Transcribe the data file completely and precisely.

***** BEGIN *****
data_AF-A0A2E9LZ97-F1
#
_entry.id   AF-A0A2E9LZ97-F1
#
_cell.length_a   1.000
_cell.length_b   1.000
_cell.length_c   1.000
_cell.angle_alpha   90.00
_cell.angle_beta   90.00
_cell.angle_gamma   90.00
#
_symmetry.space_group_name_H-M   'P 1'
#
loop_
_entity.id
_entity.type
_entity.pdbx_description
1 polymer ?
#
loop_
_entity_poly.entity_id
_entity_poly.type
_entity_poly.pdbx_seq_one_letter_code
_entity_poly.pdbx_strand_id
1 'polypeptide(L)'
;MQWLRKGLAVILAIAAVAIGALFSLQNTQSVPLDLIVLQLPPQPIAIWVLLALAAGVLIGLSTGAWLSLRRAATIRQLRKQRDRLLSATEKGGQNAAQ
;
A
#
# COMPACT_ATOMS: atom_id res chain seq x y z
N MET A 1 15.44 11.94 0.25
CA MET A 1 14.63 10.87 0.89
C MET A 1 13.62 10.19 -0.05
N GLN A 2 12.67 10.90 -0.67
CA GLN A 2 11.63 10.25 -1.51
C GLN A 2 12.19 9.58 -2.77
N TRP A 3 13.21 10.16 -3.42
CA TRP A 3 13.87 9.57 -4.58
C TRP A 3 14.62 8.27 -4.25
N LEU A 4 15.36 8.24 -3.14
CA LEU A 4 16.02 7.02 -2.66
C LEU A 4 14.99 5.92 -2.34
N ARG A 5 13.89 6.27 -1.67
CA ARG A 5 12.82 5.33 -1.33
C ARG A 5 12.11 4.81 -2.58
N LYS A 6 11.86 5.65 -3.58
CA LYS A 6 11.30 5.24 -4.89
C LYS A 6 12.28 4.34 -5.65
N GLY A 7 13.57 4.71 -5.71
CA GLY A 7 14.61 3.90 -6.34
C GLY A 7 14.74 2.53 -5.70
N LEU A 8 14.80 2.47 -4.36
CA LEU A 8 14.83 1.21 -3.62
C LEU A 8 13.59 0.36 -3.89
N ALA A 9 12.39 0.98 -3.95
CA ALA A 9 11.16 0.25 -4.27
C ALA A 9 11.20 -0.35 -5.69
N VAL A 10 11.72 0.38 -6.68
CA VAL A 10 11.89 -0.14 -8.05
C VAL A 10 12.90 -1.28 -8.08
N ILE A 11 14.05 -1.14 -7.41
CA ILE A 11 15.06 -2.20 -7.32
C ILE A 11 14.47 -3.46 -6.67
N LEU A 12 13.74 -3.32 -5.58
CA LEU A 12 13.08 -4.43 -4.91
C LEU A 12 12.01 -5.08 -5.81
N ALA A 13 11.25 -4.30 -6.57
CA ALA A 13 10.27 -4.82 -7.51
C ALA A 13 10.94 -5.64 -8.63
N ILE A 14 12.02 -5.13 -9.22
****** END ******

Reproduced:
data_AF-A0A2E9LZ97-F1
#
_entry.id   AF-A0A2E9LZ97-F1
#
_cell.length_a   1.000
_cell.length_b   1.000
_cell.length_c   1.000
_cell.angle_alpha   90.00
_cell.angle_beta   90.00
_cell.angle_gamma   90.00
#
_symmetry.space_group_name_H-M   'P 1'
#
loop_
_entity.id
_entity.type
_entity.pdbx_description
1 polymer ?
#
loop_
_entity_poly.entity_id
_entity_poly.type
_entity_poly.pdbx_seq_one_letter_code
_entity_poly.pdbx_strand_id
1 'polypeptide(L)'
;MQWLRKGLAVILAIAAVAIGALFSLQNTQSVPLDLIVLQLPPQPIAIWVLLALAAGVLIGLSTGAWLSLRRAATIRQLRKQRDRLLSATEKGGQNAAQ
;
A
#
# COMPACT_ATOMS: atom_id res chain seq x y z
N MET A 1 15.44 11.94 0.25
CA MET A 1 14.63 10.87 0.89
C MET A 1 13.62 10.19 -0.05
N GLN A 2 12.67 10.90 -0.67
CA GLN A 2 11.63 10.25 -1.51
C GLN A 2 12.19 9.58 -2.77
N TRP A 3 13.21 10.16 -3.42
CA TRP A 3 13.87 9.57 -4.58
C TRP A 3 14.62 8.27 -4.25
N LEU A 4 15.36 8.24 -3.14
CA LEU A 4 16.02 7.02 -2.66
C LEU A 4 14.99 5.92 -2.34
N ARG A 5 13.89 6.27 -1.67
CA ARG A 5 12.82 5.33 -1.33
C ARG A 5 12.11 4.81 -2.58
N LYS A 6 11.86 5.65 -3.58
CA LYS A 6 11.30 5.24 -4.89
C LYS A 6 12.28 4.34 -5.65
N GLY A 7 13.57 4.71 -5.71
CA GLY A 7 14.61 3.90 -6.34
C GLY A 7 14.74 2.53 -5.70
N LEU A 8 14.80 2.47 -4.36
CA LEU A 8 14.83 1.21 -3.62
C LEU A 8 13.59 0.36 -3.89
N ALA A 9 12.39 0.98 -3.95
CA ALA A 9 11.16 0.25 -4.27
C ALA A 9 11.20 -0.35 -5.69
N VAL A 10 11.72 0.38 -6.68
CA VAL A 10 11.89 -0.14 -8.05
C VAL A 10 12.90 -1.28 -8.08
N ILE A 11 14.05 -1.14 -7.41
CA ILE A 11 15.06 -2.20 -7.32
C ILE A 11 14.47 -3.46 -6.67
N LEU A 12 13.74 -3.32 -5.58
CA LEU A 12 13.08 -4.43 -4.91
C LEU A 12 12.01 -5.08 -5.81
N ALA A 13 11.25 -4.30 -6.57
CA ALA A 13 10.27 -4.82 -7.51
C ALA A 13 10.94 -5.64 -8.63
N ILE A 14 12.02 -5.13 -9.22